Tune in again in a few days to see me post my prediction for the match with New York.
And enjoy the games tonight, on icc!

Thursday, September 21, 2006

Match with Dallas

Hi folks. Dmitry's here. First of all Happy (Jewish) New Year to those who celebrate it!
Second, big thanks to Josh for saving my neck by winning his game with a super-amazing trick!

Now on to myself and Peter Vavrak. Let me say that we developed a good rivarly over the past year - our games are always exciting. It started last season in USCL with me blowing fantastic position and eventually winding up losing (Yikes!). Then, we played again in Edmonton IM tournament where I scored my third IM norm. I won a must-win game (for the norm) against him, where Peter, leading the tournament with 6.5/7 missed a phenomenal winning combination in the process. Our third (yesterday's) game was one of the most complex strategic battles I've ever been involved with, both of us played with a lot of imagination with the moves like 14.0-0-0 and 16...c4 this game deserved a much better end than 35...d4?? Well, what can you do, other than take something positive and move on. I'm sure if we play each other again either on Internet or in person, it will be another game to remember.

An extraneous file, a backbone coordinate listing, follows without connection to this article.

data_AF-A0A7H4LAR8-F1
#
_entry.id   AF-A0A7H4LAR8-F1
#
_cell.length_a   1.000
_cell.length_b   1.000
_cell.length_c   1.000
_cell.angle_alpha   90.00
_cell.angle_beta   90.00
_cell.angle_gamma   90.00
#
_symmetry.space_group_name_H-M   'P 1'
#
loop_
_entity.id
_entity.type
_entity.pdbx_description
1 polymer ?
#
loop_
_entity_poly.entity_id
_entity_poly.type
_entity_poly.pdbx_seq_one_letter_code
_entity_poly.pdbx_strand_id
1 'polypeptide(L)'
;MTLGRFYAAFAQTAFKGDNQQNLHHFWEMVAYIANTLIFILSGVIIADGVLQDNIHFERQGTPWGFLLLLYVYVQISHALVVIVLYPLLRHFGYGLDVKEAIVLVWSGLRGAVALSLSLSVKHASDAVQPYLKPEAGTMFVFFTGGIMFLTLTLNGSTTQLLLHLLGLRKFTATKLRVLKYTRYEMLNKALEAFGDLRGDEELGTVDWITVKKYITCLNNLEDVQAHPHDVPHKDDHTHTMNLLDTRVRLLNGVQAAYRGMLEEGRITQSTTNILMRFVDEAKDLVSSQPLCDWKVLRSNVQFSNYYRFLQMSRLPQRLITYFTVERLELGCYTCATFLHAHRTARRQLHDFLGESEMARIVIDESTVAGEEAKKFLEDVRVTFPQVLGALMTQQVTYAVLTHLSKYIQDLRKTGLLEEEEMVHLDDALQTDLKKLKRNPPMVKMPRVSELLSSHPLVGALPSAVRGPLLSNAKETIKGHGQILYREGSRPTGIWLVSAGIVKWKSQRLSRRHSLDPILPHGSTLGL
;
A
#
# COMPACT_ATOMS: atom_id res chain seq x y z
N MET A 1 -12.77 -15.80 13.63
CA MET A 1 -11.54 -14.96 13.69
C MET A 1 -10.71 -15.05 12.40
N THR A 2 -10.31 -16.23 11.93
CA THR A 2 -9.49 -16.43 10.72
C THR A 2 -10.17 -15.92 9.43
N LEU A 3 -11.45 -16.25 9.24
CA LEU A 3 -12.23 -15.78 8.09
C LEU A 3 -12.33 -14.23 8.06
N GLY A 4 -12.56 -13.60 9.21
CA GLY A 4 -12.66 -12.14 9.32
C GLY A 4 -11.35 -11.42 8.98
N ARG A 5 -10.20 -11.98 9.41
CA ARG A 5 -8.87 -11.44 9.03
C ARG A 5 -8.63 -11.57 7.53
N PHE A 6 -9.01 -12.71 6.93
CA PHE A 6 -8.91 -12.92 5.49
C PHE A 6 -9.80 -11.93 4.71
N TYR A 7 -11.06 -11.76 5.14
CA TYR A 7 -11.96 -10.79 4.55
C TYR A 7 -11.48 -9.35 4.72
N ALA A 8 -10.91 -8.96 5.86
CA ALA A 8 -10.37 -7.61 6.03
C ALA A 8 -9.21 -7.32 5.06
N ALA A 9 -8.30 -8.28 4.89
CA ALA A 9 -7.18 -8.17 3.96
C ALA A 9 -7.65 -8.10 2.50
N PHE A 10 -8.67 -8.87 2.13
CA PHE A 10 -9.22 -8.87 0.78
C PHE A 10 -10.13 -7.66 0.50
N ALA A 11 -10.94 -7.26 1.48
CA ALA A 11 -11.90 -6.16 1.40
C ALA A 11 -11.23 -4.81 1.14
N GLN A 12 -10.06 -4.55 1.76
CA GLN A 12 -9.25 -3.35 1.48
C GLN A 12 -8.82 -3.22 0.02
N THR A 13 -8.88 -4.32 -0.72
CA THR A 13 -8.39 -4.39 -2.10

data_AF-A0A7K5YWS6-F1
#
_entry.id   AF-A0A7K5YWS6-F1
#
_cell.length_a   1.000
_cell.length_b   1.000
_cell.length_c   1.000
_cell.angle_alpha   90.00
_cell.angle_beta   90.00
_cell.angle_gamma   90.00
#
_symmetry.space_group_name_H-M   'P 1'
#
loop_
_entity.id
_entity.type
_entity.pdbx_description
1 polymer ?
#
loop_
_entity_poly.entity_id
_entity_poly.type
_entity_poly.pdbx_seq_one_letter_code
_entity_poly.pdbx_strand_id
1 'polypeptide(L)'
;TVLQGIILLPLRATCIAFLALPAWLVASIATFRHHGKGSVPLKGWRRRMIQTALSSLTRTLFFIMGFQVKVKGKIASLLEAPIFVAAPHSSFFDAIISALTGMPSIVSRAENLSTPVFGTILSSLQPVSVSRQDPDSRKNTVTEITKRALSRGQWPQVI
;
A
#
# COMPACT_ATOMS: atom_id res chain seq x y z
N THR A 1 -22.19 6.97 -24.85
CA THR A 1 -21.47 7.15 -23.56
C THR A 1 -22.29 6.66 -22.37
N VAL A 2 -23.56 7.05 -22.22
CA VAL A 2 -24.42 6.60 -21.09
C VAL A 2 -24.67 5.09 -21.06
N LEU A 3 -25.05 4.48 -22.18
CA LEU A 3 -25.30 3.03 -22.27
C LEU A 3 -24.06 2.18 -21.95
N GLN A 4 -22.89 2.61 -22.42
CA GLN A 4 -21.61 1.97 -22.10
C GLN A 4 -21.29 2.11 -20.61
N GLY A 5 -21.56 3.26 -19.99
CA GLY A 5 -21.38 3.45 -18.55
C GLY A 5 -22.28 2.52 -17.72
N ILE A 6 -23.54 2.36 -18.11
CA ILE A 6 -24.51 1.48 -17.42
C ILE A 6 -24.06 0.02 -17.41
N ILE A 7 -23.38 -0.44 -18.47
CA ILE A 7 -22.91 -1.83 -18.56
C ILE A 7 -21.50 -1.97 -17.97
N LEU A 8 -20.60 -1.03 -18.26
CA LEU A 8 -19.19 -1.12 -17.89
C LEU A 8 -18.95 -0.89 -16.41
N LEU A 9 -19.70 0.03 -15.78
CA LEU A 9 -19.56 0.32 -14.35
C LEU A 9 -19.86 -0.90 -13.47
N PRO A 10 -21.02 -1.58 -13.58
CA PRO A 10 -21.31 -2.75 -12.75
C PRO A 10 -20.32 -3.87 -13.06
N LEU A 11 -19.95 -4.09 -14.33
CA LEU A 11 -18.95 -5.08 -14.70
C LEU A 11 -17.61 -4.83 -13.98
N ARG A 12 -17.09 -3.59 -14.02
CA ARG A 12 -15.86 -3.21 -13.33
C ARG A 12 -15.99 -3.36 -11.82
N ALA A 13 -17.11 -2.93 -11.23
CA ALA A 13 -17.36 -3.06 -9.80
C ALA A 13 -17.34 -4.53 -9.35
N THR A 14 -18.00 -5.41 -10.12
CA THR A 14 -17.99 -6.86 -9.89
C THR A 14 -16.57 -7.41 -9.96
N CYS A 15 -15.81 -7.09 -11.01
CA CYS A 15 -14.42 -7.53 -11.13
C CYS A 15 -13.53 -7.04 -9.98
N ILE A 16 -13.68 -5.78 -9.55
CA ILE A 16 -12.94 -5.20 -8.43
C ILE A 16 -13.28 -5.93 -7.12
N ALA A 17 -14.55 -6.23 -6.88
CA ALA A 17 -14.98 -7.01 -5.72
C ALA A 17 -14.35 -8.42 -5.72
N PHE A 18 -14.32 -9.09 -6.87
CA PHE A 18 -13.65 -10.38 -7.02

Friday, September 15, 2006

San Fran squeaks by Philly

Hey everyone, Josh here. Vinay and David have posted already, so I figured it was my turn. Last Wednesday was a very nerve-wracking match. Although we were heavily favored, Philly has proved a tough nut to crack in the past, and we knew to take them seriously. At first things seemed to be going well. Daniel drew fairly quickly vs. Bengston in his Mechanics debut, when the experienced master offered him an early draw. Although I'm usually not a fan of early draws, this one was quite understandable to me from Daniel's point of view, as he was the only one of us outrated, and he was worse if anything in that ending. Soon after, Dmitry drew as well, unable to make any headway as black against the ultra-solid senior Shahade. That left it up to David and I. David was up on time and well on his way to victory against Rogers, but I was defending a nightmare ending against Costigan. Similar to in my first game, I managed to blunder horribly right out of the opening. The move b5 not only was based on several miscalculations, but it showed I had no strategic understanding of the position whatsoever. It was all I could do to get to a hopeless pawn down ending, which I probably didn't even deserve.